To celebrate Jens Lehmann's birthday, we pulled the German goalkeeper's first Arsenal Magazine interview from our archives. This piece first appeared in summer 2003.
There can’t have been a day that passed during the summer without a new goalkeeper being linked to Arsenal.
The departure of David Seaman after 13 years’ service left a huge void to be filled, and after scouring the continent Arsène Wenger is convinced he’s got his man.
Jens Lehmann is a 33 year-old with European and domestic honours, and 16 German caps to his name. In addition he speaks fluent English and has already shown glimpses of his undoubted talent during the Gunners’ pre-season programme.
The six foot three stopper has no shortage of big match experience either. He has played in, and won European Finals, won championships in two countries, and his Champions League experience includes two appearances against Arsenal last season.
A thoughtful and confident man, Jens has a steely determination to make an impact in the Premiership, and if his early training sessions with Arsenal are any indication, it looks like he’ll relish the physical nature of the English game.
The goalkeeper caught up with the Arsenal Magazine on the day after his first Arsenal appearance on British soil - the 1-1 draw at Celtic.
Tell us a bit about how you started, have you always been a goalkeeper? No, I started as a forward. I didn’t go in goal until I moved to my first big club and at first they were surprised, but after some months it was ok. I was a striker when I was four, then I was a goalkeeper for a while when I was six, then a striker again. I got my first move to a big club when I was ten and since then I’ve played in goal.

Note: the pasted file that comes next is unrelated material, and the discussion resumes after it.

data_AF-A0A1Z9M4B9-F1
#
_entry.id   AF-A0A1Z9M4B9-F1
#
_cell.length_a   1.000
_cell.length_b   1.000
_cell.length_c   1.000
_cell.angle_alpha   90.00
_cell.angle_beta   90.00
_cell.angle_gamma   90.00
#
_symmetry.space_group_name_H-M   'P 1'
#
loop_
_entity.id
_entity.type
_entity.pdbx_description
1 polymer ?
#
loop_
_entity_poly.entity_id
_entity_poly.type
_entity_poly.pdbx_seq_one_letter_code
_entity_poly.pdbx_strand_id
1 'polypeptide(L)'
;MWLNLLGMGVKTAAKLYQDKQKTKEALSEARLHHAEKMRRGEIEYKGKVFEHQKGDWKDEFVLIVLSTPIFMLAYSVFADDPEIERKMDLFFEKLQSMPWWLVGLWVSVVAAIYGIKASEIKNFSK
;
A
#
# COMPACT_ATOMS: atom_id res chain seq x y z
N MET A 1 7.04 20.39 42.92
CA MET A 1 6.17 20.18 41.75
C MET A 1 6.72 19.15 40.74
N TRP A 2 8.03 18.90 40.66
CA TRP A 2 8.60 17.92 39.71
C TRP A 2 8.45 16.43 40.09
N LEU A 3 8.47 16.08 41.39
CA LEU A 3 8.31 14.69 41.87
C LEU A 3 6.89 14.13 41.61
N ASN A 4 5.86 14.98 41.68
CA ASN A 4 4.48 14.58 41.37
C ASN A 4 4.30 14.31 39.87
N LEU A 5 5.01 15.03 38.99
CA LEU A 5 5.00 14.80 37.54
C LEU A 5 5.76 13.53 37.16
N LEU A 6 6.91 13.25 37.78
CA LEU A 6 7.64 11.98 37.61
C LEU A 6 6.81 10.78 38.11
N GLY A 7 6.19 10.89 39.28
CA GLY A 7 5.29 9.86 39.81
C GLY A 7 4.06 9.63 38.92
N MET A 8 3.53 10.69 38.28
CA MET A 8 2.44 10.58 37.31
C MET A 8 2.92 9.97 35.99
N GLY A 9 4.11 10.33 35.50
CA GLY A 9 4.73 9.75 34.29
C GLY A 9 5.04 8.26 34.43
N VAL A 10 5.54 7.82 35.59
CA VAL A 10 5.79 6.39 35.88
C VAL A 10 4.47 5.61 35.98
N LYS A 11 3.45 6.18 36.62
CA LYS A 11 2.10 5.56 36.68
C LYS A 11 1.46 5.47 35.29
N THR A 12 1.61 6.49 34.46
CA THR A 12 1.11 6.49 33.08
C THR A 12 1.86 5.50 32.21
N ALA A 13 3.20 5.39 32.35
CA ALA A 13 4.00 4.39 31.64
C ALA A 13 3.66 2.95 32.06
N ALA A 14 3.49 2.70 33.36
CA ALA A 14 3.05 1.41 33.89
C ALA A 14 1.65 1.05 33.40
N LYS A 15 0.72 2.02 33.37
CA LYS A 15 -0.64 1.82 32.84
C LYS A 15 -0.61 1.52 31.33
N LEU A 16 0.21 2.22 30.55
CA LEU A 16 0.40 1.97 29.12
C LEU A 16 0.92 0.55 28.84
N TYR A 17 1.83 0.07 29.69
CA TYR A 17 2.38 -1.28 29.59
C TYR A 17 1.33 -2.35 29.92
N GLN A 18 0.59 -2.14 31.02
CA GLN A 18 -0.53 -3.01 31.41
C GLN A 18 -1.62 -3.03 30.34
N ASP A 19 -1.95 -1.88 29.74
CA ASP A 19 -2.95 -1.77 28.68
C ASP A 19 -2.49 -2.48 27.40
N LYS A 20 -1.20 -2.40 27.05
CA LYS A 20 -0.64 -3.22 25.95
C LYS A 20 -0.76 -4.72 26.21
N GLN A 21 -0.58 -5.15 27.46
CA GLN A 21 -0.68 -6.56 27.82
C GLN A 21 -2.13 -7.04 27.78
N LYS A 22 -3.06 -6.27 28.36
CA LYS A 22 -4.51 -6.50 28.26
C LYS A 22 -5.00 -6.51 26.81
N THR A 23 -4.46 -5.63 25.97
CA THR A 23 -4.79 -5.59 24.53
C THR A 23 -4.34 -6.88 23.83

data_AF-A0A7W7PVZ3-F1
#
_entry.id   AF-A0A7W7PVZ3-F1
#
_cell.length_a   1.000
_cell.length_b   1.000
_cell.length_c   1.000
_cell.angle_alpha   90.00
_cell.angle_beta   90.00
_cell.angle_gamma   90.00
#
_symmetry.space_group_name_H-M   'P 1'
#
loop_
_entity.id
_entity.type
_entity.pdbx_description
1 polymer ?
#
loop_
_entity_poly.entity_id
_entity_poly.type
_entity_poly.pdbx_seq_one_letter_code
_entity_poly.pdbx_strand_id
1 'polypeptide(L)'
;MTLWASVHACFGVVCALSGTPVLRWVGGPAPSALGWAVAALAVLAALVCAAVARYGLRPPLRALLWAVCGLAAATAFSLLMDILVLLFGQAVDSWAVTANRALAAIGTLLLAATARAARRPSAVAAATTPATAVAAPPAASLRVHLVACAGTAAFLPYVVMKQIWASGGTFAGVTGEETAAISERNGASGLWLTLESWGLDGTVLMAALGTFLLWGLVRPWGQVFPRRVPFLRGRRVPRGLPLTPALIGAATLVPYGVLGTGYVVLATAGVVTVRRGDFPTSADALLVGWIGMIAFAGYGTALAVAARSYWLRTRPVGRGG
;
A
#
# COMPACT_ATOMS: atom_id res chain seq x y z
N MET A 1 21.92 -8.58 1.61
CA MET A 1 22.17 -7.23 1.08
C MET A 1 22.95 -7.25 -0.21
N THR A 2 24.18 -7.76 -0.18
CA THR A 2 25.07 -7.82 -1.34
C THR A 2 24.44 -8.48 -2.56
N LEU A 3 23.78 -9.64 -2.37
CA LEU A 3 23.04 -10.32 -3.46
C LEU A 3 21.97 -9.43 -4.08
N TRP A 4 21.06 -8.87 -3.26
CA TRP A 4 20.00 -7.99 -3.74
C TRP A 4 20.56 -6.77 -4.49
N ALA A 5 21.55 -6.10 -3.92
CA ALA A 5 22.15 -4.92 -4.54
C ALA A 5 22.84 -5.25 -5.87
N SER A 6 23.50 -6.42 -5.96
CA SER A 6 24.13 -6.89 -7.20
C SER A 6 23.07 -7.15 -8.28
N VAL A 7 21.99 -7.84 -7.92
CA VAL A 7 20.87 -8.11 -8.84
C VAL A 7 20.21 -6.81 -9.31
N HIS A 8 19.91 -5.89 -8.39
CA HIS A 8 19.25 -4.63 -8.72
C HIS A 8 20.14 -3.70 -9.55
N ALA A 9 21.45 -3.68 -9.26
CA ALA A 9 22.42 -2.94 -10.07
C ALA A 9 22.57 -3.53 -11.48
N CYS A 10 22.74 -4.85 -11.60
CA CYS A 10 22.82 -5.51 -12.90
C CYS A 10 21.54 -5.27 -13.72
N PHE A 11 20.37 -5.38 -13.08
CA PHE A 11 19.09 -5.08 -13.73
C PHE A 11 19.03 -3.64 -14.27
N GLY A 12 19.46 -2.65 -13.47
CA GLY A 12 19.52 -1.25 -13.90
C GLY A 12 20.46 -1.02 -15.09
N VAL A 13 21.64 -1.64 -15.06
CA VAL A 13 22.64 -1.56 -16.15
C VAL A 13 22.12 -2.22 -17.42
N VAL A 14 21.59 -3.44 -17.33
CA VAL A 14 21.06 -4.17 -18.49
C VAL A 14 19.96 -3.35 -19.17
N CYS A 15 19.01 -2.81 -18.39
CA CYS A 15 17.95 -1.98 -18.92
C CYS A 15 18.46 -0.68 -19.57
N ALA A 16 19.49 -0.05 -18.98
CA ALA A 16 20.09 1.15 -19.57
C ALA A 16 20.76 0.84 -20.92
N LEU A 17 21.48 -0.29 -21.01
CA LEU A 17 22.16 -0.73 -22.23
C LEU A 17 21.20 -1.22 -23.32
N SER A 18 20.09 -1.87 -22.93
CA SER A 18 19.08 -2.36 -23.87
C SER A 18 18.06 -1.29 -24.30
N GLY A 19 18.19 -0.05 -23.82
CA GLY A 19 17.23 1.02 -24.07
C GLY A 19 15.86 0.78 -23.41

What have been the highlights of your career so far? I would say the highlight was when I won the UEFA Cup with Schalke, a team that had never been in a European final before. We beat Inter Milan on penalties and I saved a penalty in the shoot out.
Another highlight was when I became the first goalie to score a goal in Germany. It was against Borussia Dortmund for Schalke which is a derby game, like Arsenal v Tottenham over here. That was a header in the last minute. We were losing 2-1 so I went forward for a corner and headed it in, then I went crazy celebrating!
Other high points so far were when I won the German title in 2002, the Italian title with Milan and also going to two World Cups. Although I have to say I didn’t play much when Milan won the Italian championship.
Why, What happened at AC Milan? Well I was there for six months but I got injured and then I didn’t play for about six weeks. Then the German national team boss said to me ‘you need to play otherwise I’ll send you from the Germany squad’. At that time I had two offers and decided to take the one from Dortmund.
Was there a chance you could have come to England back then? Yes, because the other offer was from Liverpool. I had to decide between Dortmund and Liverpool. I went over to Liverpool from Milan but it was a big change. I didn’t have a family at the time so I didn’t want to move there and I decided to go back to Germany.
But the time is right now to come to England? Yes, of course it’s an honour for me to be asked here. I wanted to go to a foreign club at the age of 28 but it didn’t turn out how I wanted it. So now at 33 it’s fantastic for me to get a second chance.